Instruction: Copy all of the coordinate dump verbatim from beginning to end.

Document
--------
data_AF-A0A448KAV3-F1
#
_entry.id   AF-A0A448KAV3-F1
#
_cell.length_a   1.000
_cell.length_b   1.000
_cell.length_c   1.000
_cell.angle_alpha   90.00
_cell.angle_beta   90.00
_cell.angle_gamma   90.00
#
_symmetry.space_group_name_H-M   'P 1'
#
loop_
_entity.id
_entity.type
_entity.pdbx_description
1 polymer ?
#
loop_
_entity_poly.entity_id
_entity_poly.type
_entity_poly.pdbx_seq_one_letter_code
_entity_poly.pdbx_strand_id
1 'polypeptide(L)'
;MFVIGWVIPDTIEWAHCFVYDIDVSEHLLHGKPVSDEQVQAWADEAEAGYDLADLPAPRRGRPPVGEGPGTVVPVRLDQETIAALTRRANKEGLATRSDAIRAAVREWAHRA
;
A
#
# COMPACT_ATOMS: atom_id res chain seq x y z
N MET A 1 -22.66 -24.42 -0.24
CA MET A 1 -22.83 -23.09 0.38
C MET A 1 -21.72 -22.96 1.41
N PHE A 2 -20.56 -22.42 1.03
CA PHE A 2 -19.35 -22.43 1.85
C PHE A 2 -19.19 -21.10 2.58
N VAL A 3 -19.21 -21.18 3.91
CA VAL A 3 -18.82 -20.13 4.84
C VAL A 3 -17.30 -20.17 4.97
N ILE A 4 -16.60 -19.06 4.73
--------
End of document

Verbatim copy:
data_AF-A0A448KAV3-F1
#
_entry.id   AF-A0A448KAV3-F1
#
_cell.length_a   1.000
_cell.length_b   1.000
_cell.length_c   1.000
_cell.angle_alpha   90.00
_cell.angle_beta   90.00
_cell.angle_gamma   90.00
#
_symmetry.space_group_name_H-M   'P 1'
#
loop_
_entity.id
_entity.type
_entity.pdbx_description
1 polymer ?
#
loop_
_entity_poly.entity_id
_entity_poly.type
_entity_poly.pdbx_seq_one_letter_code
_entity_poly.pdbx_strand_id
1 'polypeptide(L)'
;MFVIGWVIPDTIEWAHCFVYDIDVSEHLLHGKPVSDEQVQAWADEAEAGYDLADLPAPRRGRPPVGEGPGTVVPVRLDQETIAALTRRANKEGLATRSDAIRAAVREWAHRA
;
A
#
# COMPACT_ATOMS: atom_id res chain seq x y z
N MET A 1 -22.66 -24.42 -0.24
CA MET A 1 -22.83 -23.09 0.38
C MET A 1 -21.72 -22.96 1.41
N PHE A 2 -20.56 -22.42 1.03
CA PHE A 2 -19.35 -22.43 1.85
C PHE A 2 -19.19 -21.10 2.58
N VAL A 3 -19.21 -21.18 3.91
CA VAL A 3 -18.82 -20.13 4.84
C VAL A 3 -17.30 -20.17 4.97
N ILE A 4 -16.60 -19.06 4.73